A natural water cycle occurs on the earth's surface whereby seawater is evaporated by solar energy and turned into rain to make rivers, which return the water to the sea.
There are areas, however, where it is difficult for this water cycle to occur and inhabitants suffer continually from a shortage of fresh water; for example the Middle East, isolated islands, and areas where no big rivers flow nearby.
Our group contribute to societies and people living in such areas by constructing seawater desalination plants to create artificial water cycles.
Seawater desalination technology
RO (Reverse Osmosis) Method
The reverse osmosis method is a process for producing fresh water by supplying seawater to a semipermeable membrane at higher pressure than osmotic pressure. Unlike the evaporation method, it does not require steam and can produce fresh water with a high energy efficiency.
In the Middle East, where the cost for energy is relatively low, the evaporation method prevails. However, RO is now expanding its share of the worldwide market, helped along by improvements in technology and membrane performance. At present, more than one half of desalination plants use the reverse osmosis method.
We have been developing this process with its own technology since the 1970s and have many records of delivery to mainly isolated islands in Okinawa.
Recently, we have constructed a large RO plant in Qatar and the plant has produced approx. 270,000 m3 of water per day.
Hitachi Zosen Group - Osmoflo Holdings Pty Ltd
Our Australian subsidiary, Osmoflo is a global desalination and water treatment company. Located across Australia, the Middle East, Oman and India. Osmoflo offers international coverage of its world class capabilities in delivering water treatment solutions. Osmoflo has over 450 plants located around the world at remote mine sites, oil & gas fields, power stations, city breweries, townships and coal seam gas fields - wherever there's a need for drinking, process, high purity or recycled water.
Emergency Water Service
The Hitachi Zosen Group and Osmoflo provide rental services for seawater desalination using RO membranes and wastewater treatment equipment around the world. Our Group has a record of more than 50 projects in response to needs such temporary water supply and securing backup water during emergencies (disasters, droughts, etc.) and plant construction.
In accordance with customer needs, we customize and propose the type of rental equipment, the number of equipment, the installed capacity, etc.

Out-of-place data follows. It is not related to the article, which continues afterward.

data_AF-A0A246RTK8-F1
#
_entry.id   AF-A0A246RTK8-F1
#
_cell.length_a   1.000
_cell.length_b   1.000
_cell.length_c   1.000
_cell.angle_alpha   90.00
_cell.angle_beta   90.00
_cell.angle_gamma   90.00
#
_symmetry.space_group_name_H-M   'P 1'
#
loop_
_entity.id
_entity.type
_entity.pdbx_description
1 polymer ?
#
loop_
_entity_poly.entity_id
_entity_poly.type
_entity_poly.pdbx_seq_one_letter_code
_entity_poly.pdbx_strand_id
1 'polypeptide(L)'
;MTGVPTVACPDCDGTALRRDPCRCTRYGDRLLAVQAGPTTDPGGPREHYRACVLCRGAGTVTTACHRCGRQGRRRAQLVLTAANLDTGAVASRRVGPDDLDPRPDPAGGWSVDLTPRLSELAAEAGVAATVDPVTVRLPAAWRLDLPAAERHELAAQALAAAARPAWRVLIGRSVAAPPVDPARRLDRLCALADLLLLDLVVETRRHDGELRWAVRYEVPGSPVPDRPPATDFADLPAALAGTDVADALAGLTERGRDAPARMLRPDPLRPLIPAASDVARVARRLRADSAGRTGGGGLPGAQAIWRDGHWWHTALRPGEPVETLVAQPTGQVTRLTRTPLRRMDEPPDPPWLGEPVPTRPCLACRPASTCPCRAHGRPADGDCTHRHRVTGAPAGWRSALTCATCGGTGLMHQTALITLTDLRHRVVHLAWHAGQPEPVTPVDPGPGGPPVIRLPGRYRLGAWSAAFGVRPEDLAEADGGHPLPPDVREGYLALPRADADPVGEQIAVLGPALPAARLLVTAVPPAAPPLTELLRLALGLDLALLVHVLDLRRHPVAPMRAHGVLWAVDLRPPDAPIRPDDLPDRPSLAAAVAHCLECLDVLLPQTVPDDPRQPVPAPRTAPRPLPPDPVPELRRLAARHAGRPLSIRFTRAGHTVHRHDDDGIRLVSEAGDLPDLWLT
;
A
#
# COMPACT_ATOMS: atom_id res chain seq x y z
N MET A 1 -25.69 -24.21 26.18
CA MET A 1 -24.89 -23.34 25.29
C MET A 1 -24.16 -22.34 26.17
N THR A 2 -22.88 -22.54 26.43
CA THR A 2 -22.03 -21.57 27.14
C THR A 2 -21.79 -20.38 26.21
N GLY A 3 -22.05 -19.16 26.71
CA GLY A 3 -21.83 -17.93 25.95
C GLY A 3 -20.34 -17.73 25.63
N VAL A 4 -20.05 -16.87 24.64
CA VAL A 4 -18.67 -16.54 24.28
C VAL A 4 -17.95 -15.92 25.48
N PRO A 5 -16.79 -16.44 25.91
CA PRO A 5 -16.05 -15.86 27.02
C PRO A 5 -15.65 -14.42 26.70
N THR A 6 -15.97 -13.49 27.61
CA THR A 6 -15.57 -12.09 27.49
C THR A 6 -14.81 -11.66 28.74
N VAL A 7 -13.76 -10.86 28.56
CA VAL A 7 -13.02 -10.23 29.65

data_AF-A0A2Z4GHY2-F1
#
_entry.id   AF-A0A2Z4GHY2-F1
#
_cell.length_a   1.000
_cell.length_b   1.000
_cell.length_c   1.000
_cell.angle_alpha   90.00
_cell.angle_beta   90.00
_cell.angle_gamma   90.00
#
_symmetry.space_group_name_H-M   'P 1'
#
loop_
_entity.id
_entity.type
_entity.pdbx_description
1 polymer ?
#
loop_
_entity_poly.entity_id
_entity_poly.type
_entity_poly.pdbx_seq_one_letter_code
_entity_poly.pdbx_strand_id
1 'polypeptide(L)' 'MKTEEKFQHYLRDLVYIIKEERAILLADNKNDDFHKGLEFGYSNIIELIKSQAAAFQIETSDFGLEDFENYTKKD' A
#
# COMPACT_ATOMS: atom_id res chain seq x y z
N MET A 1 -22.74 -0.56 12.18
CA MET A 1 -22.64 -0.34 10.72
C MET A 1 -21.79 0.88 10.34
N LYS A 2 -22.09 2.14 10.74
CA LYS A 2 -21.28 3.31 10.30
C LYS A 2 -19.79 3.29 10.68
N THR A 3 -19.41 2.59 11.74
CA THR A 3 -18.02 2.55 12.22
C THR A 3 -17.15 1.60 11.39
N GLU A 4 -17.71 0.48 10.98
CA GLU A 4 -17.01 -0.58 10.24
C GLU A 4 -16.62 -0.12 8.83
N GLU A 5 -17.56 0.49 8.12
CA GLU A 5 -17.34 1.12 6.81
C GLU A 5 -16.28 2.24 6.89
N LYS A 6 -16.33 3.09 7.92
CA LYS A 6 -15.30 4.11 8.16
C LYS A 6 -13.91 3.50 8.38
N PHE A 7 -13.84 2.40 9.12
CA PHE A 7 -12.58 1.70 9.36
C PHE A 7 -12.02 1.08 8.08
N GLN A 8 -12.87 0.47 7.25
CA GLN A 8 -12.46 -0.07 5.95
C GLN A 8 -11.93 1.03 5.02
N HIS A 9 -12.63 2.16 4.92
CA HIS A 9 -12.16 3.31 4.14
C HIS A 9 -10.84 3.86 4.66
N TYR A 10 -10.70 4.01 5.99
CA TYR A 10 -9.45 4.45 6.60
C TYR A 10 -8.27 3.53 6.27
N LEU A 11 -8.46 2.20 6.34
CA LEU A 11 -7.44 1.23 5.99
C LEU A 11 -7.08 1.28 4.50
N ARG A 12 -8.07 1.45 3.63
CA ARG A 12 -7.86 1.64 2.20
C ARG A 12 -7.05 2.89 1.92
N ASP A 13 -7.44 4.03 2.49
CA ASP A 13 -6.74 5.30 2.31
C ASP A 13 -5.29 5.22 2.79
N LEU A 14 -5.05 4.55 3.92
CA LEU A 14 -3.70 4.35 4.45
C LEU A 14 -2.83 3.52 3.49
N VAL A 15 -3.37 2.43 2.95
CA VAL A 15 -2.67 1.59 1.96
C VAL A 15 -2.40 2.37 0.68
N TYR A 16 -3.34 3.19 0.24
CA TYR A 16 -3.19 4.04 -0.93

Furthermore, Hitachi Zosen arranges all the equipment inside of a container. This container design makes it simple and fast to transport the equipment to the worksite and complete installation, thus enabling the start of installation in a short period of time.
Fast Track Emergency Water Solution – 7,000/14,000/21,000 m3/day
Hitachi Zosen and Osmoflo own rental RO seawater desalination plants. We offer container-type RO plants of 7,000 m3/day, 14,000 m3/day, and 21,000 m3/day. These plants can be transported anywhere in the world with a short delivery time. In this way, Hitachi Zosen can propose both sales and rentals.
MSF (Multi Stage Flash) Method
The multi stage flash method is an evaporation process for desalination in which heated seawater is evaporated in a vacuum evaporator and the resulting vapor is condensed to produce fresh water. Recovery of the latent heat of condensed vapor increases the heat efficiency. In the Middle East most desalination plants are constructed with power generation facilities. Therefore many large MSF desalination plants are operated using the excess steam from the power generating facility. We have built 17 plants and 49 desalination units since 1978 (total water production: 1,664,997m3/day).
MED (Multiple Effect Distillation) Method
Multiple evaporators are connected, and the heat source of the first evaporator uses steam from power generation equipment, etc. However, the heat source after the second evaporator uses the steam generated in the previous evaporator. This steam generation process is repeated for the number of evaporators to efficiently produce fresh water. Depending on the shape of the heat transfer surface installed inside, the evaporators are largely divided into vertical tube evaporators (VTE), horizontal tube evaporators (HTE), and multi-effect evaporator plates (MEP).
In the 1960s, Hitachi Zosen entered the water generation market through VTE multi-effect water generation equipment. Furthermore, we started development of a horizontal tube MED in 2001. After completing verification tests, we started operation of the first unit in July 2011.
Click here for inquiries about Hitz technology